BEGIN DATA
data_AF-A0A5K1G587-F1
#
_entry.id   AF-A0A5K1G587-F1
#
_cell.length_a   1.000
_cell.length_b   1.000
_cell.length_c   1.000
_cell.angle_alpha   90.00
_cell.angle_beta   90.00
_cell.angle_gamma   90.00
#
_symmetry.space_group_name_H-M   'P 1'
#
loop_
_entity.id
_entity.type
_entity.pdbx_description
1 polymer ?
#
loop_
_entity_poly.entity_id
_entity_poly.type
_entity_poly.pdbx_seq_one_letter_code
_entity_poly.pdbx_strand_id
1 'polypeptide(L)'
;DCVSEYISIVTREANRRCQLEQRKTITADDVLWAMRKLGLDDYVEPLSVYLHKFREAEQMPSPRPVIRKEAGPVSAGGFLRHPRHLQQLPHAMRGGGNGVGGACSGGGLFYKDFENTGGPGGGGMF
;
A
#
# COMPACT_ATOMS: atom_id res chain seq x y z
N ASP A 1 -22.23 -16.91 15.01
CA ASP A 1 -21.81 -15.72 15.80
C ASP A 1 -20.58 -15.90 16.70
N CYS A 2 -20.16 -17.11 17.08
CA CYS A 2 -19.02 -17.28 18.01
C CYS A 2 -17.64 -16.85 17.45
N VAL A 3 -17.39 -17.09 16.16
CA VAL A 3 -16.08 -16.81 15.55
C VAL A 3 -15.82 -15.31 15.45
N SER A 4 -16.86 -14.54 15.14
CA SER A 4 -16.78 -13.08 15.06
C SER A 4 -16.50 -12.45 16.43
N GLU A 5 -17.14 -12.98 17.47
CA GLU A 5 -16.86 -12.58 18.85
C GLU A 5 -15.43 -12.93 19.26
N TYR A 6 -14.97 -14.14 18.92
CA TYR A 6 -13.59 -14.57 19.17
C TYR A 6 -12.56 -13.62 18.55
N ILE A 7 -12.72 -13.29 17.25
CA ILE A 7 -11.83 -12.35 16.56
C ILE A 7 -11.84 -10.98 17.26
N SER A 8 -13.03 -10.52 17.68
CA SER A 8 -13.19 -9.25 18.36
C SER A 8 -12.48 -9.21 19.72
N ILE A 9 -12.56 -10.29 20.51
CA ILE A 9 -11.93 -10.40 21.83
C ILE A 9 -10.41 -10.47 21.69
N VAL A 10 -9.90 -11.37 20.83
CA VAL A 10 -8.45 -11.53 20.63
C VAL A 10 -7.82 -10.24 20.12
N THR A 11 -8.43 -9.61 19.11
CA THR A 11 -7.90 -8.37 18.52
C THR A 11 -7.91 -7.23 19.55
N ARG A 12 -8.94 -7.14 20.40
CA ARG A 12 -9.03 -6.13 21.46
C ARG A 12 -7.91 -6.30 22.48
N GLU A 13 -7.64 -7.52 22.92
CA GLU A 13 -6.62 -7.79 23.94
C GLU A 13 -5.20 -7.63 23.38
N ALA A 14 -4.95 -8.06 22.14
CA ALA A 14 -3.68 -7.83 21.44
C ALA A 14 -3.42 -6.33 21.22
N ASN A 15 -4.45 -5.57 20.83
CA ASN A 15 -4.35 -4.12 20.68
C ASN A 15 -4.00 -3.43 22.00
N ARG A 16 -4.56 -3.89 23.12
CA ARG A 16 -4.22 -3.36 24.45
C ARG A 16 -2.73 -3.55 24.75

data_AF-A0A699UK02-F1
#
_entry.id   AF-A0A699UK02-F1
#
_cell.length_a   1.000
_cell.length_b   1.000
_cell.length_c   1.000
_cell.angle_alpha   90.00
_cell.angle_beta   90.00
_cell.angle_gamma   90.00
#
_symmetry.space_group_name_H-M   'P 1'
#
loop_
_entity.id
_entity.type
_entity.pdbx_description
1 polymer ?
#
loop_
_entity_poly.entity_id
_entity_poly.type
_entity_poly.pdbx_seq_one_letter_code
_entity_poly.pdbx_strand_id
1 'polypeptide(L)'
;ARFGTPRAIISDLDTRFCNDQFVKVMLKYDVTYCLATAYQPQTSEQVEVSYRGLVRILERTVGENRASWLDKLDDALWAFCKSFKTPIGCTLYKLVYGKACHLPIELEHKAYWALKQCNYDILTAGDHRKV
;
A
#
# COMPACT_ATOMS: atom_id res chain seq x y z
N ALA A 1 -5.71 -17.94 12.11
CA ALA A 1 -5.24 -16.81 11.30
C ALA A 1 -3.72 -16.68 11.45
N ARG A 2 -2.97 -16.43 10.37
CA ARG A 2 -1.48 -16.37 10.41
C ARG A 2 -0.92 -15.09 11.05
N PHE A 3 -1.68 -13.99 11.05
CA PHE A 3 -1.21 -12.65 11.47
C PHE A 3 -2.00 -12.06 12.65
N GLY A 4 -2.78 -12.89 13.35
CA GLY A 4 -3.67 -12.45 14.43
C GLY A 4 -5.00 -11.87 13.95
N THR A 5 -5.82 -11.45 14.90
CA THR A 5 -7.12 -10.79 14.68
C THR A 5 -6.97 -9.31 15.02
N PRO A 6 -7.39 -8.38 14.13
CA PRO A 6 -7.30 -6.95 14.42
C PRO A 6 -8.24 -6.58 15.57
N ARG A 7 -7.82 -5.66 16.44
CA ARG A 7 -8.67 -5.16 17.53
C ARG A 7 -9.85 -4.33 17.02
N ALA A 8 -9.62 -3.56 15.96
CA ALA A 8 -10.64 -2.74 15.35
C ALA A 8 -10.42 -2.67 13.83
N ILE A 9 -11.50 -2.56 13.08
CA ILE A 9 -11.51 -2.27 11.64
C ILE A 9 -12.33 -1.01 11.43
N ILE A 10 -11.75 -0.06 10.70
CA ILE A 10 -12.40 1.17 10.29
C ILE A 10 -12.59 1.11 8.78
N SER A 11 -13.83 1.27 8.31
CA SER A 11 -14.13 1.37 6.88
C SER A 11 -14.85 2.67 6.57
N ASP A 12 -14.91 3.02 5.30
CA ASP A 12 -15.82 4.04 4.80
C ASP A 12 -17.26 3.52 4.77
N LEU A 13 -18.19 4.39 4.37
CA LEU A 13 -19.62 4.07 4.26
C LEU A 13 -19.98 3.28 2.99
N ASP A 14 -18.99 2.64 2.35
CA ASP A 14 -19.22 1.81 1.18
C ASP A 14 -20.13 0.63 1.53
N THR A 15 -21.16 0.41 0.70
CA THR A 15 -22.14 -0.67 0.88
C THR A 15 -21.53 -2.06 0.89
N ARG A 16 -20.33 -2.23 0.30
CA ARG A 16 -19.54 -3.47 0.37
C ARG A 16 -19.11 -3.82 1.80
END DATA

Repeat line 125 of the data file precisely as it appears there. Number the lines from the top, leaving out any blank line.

CA PRO A 6 -7.30 -6.95 14.42